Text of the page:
Illustrations by Douglas Holgate
Publisher: Viking Books for Young Readers
Release Date: October 13, 2015
When the monster apocalypse hit town, thirteen-year-old Jack Sullivan was abandoned by his foster family and forced to fend for himself. Moving into the backyard treehouse, Jack has been able to survive even when most of the town has been zombiefied or eaten by monsters. Although he seems to have everything under control, he is relieved when he finds his best friend Quint is still alive. Living off of Oreos and Mountain Dew, the two create a plan to rescue Jack's crush June. While they search for her they run into the school bully, Dirk, who isn't so bad and soon they are a quartet of zombie hunting monster killers, with a fully equipped tree house.
Catching onto the zombie obsession of late, the genre has now made its way down into the middle grade reading level. Of course, the best way to make a story full of the undead age appropriate is to add a bunch of goofy cartoon-like zombies and a lot of kid humor. Jack wasn't the coolest kid when he went to school, but it turns out that he is actually really good at staying alive and killing zombies. For him, it is almost like a game, which he later admits is the only way he could function in this new crazy world without going crazy himself. There are the usual stereotypes. Quint being the obsessed gadget geek and Dirk being the big bad bully turned friend. Even June, who defies the stereotype of damsel in distress isn't anything special. But the story is fun and action packed and that is really what the author was going for here.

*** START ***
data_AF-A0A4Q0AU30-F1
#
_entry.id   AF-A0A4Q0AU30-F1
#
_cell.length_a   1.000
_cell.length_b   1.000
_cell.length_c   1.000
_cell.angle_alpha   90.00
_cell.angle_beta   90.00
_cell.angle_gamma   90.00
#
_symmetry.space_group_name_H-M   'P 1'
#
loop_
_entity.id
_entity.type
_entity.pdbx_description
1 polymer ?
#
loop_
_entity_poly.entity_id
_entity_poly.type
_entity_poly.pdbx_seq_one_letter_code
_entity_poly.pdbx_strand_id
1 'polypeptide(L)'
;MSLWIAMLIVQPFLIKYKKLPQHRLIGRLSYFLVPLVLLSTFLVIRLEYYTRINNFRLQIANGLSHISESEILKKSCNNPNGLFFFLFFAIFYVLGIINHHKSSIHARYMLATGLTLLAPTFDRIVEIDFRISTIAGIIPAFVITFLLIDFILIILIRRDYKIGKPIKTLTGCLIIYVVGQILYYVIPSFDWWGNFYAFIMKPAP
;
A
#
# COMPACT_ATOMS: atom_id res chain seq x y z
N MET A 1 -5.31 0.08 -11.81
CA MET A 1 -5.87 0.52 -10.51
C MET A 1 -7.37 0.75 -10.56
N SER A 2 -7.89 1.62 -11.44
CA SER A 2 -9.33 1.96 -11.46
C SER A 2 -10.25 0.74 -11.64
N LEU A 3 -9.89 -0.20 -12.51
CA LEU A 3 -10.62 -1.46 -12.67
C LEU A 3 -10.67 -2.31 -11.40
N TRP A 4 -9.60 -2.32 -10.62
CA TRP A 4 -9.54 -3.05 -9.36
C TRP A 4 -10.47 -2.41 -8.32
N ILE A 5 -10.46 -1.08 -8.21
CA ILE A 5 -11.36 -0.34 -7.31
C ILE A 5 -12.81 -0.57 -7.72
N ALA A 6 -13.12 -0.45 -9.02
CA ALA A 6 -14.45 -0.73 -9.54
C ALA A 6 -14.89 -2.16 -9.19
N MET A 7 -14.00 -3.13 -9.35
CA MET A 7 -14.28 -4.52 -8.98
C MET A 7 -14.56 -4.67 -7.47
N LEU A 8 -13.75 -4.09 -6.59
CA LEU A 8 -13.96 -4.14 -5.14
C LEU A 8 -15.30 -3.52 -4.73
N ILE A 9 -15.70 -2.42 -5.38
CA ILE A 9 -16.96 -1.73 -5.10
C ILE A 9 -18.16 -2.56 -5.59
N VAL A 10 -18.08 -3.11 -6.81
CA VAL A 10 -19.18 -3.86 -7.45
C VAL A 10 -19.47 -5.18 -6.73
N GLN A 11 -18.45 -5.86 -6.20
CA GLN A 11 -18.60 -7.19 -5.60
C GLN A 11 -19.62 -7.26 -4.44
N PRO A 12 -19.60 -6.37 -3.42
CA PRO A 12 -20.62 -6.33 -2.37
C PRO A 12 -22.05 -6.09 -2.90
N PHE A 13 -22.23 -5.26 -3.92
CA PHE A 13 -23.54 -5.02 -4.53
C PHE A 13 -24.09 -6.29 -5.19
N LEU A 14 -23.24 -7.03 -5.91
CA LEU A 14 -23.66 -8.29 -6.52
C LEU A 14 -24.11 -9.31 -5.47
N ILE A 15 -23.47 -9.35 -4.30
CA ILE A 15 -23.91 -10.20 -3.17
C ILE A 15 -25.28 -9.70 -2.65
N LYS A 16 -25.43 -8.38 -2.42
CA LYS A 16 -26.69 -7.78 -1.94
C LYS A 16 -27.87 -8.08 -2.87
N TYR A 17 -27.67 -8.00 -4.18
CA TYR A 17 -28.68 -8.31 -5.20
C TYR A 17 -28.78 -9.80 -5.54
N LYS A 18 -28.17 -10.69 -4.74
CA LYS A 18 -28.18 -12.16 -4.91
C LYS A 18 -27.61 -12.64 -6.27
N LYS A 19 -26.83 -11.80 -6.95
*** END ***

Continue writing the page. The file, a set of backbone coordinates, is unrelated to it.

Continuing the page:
My only big complaint concerns the circumstances surrounding Jack and his abandonment. Jack is in foster care and when the monster apocalypse happens, his foster parents jump ship, leaving him behind. As someone who is literally in the process of getting a foster care license, this bothers me greatly. Firstly, because it continues the horrible stereotype that foster parents aren't really parents and don't care about the kids in their care, or at least not like they would for their own children. It also served no purpose to the story. The story could just have easily said that his foster parents had been turned into zombies, or were eaten by monsters, or even (like June's parents) were evacuated and got separated from him. Finally, Jack admits that he is an orphan which in the foster care system may mean that the people he is living with were actually looking to adopt him. I know I know, it's just a goofy middle grade action book, but seriously why do we have to keep treating foster parents like they are horrible selfish people who don't care about kids when most of them are just the opposite. Rant over. Obviously, anything I read from now on that concerns foster care or adoption will be judged just as harshly. I am too close to it to not see it through this lens.
Kids will love this book though. Heck, I liked it even with the foster care issue. There are just too many laugh out loud moments not to like it.